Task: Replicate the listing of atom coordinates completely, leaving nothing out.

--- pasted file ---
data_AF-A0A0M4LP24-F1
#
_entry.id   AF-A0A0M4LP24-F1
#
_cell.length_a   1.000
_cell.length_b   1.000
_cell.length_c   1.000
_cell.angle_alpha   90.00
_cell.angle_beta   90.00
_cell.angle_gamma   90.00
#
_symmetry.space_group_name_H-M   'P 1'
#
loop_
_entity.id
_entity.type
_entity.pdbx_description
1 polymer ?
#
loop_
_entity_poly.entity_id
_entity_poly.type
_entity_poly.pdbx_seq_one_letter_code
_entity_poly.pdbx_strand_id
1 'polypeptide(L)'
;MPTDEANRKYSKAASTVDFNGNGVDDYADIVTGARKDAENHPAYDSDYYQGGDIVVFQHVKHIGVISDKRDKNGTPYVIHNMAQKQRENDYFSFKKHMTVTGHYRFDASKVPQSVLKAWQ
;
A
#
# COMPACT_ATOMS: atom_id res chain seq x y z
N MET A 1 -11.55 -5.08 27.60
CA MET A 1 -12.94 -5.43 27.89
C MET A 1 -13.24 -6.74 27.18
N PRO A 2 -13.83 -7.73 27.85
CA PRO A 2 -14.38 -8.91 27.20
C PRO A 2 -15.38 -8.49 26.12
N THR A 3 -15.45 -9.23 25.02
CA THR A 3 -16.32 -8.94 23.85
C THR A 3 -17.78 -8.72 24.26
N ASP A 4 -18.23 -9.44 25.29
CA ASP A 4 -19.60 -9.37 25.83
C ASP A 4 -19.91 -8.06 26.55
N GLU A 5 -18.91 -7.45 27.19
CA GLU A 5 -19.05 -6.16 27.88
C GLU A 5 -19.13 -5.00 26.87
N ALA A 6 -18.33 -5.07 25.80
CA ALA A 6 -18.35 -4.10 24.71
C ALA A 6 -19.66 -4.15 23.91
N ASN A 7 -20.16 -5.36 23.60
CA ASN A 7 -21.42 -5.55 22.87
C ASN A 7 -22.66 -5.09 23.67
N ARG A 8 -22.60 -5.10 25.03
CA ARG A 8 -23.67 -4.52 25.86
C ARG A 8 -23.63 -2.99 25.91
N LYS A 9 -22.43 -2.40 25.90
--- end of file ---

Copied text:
data_AF-A0A0M4LP24-F1
#
_entry.id   AF-A0A0M4LP24-F1
#
_cell.length_a   1.000
_cell.length_b   1.000
_cell.length_c   1.000
_cell.angle_alpha   90.00
_cell.angle_beta   90.00
_cell.angle_gamma   90.00
#
_symmetry.space_group_name_H-M   'P 1'
#
loop_
_entity.id
_entity.type
_entity.pdbx_description
1 polymer ?
#
loop_
_entity_poly.entity_id
_entity_poly.type
_entity_poly.pdbx_seq_one_letter_code
_entity_poly.pdbx_strand_id
1 'polypeptide(L)'
;MPTDEANRKYSKAASTVDFNGNGVDDYADIVTGARKDAENHPAYDSDYYQGGDIVVFQHVKHIGVISDKRDKNGTPYVIHNMAQKQRENDYFSFKKHMTVTGHYRFDASKVPQSVLKAWQ
;
A
#
# COMPACT_ATOMS: atom_id res chain seq x y z
N MET A 1 -11.55 -5.08 27.60
CA MET A 1 -12.94 -5.43 27.89
C MET A 1 -13.24 -6.74 27.18
N PRO A 2 -13.83 -7.73 27.85
CA PRO A 2 -14.38 -8.91 27.20
C PRO A 2 -15.38 -8.49 26.12
N THR A 3 -15.45 -9.23 25.02
CA THR A 3 -16.32 -8.94 23.85
C THR A 3 -17.78 -8.72 24.26
N ASP A 4 -18.23 -9.44 25.29
CA ASP A 4 -19.60 -9.37 25.83
C ASP A 4 -19.91 -8.06 26.55
N GLU A 5 -18.91 -7.45 27.19
CA GLU A 5 -19.05 -6.16 27.88
C GLU A 5 -19.13 -5.00 26.87
N ALA A 6 -18.33 -5.07 25.80
CA ALA A 6 -18.35 -4.10 24.71
C ALA A 6 -19.66 -4.15 23.91
N ASN A 7 -20.16 -5.36 23.60
CA ASN A 7 -21.42 -5.55 22.87
C ASN A 7 -22.66 -5.09 23.67
N ARG A 8 -22.60 -5.10 25.03
CA ARG A 8 -23.67 -4.52 25.86
C ARG A 8 -23.63 -2.99 25.91
N LYS A 9 -22.43 -2.40 25.90